Let’s Talk War-Rooms


ASFN Consultant and Senior Writer
Jan 7, 2003
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Orlando, FL
Obviously you all want to know have I ever been in an war-room. The answer is a qualified yes, but not during a draft. A scout with whom I worked had me meet him at a headquarters and he escorted me into the room. The big board was not still up but the room was still set up for the recent draft. So I talked to a few guys who had been in war-rooms and here’s a summary of what they said.

At this point this season many of the teams have a not finalized board up and the room is secure. After Pro Days conclude, teams will have brought the top scouts in to help build the board with a few online, others now seem to like using zoom. Think of the cheap teams. Nowadays only a few teams will have a scout or two actually in the room on the first draft day. Some may be online. Rarely do GMs simply make all the decisions. It’s not sensible to have scouts and ignore their opinion. The higher the player is ranked, the more scouts that have likely evaluated that player. The GM is the final decision maker, but the smart ones let the scouts know they’re valued.

The big board dominates the room. For some teams it’s a strong suggestion with others it’s a religious dogma. For the most part, because of the Cap, the concept of BPA has given way to BPA in a position of need. Some teams mark gaps where they feel there is an unusually large drop from a slot to the next slot. As the draft proceeds names are struck through. Teams have a focus on whom they hope is still on the board when their pick comes. This year most expect the phones to be ringing constantly with surprise selections all over the place. They think the TV guys are in for a tough predicting day. Depending on the team and the level of interest, the GM will field most of the serious calls, though his office often has Assistant GMs or other designated personnel people who may field preliminary inquiries.

Do they use JJ’s point chart? All teams have a version and a few still use the original one. Keep in mind again team policy may make it a suggestion or dogma. It appears many teams think there is some flexibility. The GM and perhaps with few owners who choose to be involved, actually make the final decision. Outgoing calls typically begin about 4-7 slots before a team’s pick if a trade may be needed. Of course some teams make early trades to move up, usually for a specific, highly desired player, like a QB.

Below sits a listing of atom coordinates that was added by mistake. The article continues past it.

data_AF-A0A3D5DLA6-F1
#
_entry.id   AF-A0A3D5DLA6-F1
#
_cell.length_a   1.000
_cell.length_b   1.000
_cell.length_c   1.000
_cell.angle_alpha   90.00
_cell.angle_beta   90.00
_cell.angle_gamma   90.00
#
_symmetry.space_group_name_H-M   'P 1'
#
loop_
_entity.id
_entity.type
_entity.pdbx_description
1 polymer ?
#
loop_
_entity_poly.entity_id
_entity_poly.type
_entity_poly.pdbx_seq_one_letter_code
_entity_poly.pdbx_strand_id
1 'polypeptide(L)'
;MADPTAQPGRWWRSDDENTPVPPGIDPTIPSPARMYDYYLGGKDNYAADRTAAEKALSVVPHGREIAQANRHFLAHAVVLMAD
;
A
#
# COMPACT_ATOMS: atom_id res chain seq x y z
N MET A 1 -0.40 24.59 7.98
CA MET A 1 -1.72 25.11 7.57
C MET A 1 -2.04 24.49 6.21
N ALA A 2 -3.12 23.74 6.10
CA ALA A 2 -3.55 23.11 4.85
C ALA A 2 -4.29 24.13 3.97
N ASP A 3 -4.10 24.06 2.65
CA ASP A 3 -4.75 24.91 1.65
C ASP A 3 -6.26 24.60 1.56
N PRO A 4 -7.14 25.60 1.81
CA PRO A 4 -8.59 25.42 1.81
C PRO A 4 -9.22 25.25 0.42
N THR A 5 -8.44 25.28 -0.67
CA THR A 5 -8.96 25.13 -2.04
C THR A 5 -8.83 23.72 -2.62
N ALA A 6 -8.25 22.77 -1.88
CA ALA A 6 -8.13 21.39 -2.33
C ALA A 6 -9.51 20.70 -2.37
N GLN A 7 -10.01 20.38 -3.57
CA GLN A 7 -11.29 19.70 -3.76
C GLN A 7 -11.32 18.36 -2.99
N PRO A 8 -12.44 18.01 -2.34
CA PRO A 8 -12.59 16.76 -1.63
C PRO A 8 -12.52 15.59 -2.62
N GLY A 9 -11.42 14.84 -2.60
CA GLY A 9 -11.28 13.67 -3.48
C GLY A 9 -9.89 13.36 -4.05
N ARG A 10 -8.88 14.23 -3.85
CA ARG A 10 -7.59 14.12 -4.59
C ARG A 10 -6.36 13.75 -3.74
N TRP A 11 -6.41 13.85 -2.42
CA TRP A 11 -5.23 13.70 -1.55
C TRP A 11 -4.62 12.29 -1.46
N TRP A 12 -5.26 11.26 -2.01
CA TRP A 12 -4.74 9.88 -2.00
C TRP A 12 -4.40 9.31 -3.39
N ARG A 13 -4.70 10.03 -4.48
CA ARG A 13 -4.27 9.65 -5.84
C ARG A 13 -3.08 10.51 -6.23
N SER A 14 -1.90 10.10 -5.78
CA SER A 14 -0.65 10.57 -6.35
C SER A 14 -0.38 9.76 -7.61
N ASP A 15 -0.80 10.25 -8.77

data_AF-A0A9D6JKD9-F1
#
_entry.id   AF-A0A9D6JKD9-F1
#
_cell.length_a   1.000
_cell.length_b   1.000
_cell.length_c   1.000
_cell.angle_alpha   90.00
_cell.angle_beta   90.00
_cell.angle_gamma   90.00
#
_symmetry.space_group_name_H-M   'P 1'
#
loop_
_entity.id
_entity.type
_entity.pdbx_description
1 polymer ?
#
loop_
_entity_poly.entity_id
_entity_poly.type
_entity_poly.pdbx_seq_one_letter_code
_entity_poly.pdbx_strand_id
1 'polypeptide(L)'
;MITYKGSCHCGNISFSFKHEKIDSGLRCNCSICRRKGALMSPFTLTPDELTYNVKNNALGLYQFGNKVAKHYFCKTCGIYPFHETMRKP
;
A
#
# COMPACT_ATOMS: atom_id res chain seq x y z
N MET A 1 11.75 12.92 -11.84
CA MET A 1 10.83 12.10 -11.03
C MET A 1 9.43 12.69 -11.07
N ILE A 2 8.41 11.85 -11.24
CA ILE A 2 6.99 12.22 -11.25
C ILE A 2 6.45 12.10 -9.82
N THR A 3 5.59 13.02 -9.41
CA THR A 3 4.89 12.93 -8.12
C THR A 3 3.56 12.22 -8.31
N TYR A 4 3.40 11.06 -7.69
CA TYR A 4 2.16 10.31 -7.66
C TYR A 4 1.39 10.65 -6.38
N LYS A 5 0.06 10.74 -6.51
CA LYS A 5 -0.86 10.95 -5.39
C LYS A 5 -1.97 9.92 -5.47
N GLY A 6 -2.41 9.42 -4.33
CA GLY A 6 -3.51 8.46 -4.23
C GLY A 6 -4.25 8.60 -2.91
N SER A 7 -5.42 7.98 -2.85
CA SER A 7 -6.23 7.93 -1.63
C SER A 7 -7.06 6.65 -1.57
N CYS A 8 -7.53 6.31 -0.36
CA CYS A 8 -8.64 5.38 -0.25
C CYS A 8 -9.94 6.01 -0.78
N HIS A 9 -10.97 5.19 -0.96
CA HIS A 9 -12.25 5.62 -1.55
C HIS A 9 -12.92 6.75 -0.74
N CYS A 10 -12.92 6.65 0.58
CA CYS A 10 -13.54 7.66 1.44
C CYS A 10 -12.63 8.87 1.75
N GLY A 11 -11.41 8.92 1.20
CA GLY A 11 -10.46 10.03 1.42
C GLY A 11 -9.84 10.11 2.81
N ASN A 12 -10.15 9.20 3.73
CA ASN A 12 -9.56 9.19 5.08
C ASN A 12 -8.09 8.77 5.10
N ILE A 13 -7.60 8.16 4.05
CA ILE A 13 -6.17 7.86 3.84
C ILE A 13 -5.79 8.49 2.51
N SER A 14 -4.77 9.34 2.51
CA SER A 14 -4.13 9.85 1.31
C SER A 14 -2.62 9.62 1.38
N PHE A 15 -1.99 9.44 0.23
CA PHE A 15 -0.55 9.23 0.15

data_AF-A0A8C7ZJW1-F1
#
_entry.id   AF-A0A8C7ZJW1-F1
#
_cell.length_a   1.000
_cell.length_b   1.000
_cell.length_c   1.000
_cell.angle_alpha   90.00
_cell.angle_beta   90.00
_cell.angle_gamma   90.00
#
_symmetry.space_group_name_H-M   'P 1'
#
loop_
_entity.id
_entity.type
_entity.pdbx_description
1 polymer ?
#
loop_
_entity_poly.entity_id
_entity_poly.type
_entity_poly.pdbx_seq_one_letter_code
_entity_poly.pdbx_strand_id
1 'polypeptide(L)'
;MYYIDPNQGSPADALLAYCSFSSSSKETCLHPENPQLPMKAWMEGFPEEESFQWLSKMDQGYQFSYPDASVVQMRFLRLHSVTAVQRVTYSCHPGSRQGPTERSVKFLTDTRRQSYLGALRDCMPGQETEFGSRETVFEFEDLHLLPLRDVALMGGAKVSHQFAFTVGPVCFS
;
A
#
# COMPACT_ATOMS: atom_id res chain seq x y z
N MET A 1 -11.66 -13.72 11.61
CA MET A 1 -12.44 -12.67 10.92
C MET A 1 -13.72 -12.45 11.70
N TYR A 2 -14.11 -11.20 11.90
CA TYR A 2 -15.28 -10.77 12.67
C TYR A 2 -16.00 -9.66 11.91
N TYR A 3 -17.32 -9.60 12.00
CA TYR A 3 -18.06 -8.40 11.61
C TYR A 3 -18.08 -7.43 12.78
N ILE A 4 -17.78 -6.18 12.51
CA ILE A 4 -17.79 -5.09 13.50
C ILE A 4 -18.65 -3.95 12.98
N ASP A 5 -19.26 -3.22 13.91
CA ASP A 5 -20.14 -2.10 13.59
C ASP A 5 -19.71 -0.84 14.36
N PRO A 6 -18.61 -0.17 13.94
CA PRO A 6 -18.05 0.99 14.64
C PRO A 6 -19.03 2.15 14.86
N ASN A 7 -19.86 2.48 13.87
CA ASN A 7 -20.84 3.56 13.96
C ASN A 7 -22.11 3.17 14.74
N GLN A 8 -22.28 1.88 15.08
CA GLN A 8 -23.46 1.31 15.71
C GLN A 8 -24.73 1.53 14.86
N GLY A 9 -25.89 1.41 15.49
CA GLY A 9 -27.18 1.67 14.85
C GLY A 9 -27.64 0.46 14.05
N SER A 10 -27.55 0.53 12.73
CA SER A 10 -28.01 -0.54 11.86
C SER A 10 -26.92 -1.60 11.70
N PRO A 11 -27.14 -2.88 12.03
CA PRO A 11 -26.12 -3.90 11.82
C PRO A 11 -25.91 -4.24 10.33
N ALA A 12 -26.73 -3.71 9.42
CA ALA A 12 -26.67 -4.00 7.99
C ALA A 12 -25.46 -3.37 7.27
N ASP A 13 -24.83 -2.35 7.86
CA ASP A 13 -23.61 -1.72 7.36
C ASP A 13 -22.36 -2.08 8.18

One of the places where things can get exciting is if there’s a player who’s unexpectedly dropping. This is one area scouts can come into play. Do other teams know something your staff doesn’t? Quick calls to key sources like coaches, assistants and even local newspaper reporters are made by scouts. Rarely but occasionally a scout for another team may have a relationship with your scout and tell your guy why they passed. This situation is especially tricky if this player is not at a needed position, think overwhelming BPA (like Randy Moss). This type of decision is why GMs make the big money. Speaking of those decisions, some GMs are very authoritarian, while some teams may have brief discussions before a pick is made. Usually the end selection doesn’t stray far from the board position the player held unless he’s dropped down.

On day 2 and especially on day 3 more unexpected drops occur and scouts are often more involved. Issues like, “Did someone survive the first round that makes it worth chasing the first pick in round 2”. So the draft room typically doesn’t empty the minute the days selections end. There may be other players dropping that a team has to decide at what point would they go up to get them. You don’t wait until your pick comes up to analyze options. Another consideration is if you have a major need and there’s a run on that position do you move or wait and hope? In this regard the Cards don’t have much flexibility unless they trade future year picks.

Rooms are typically calm during the draft with the shouting happening after a key player is secured. A few owners make things a little more volatile.


Jan 10, 2020
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If there is one lesson I hope Keim has learned it's don;t draft players who have dropped way beyond their expected position. He's drafted several and I don't think one has worked out.


I'm better than Mulli!
Sep 16, 2002
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If there is one lesson I hope Keim has learned it's don;t draft players who have dropped way beyond their expected position. He's drafted several and I don't think one has worked out.
While I think it’s wise to be skeptical about those players, aren’t you the one who was crowing about the chiefs drafting the olineman that fell to the 6th round?

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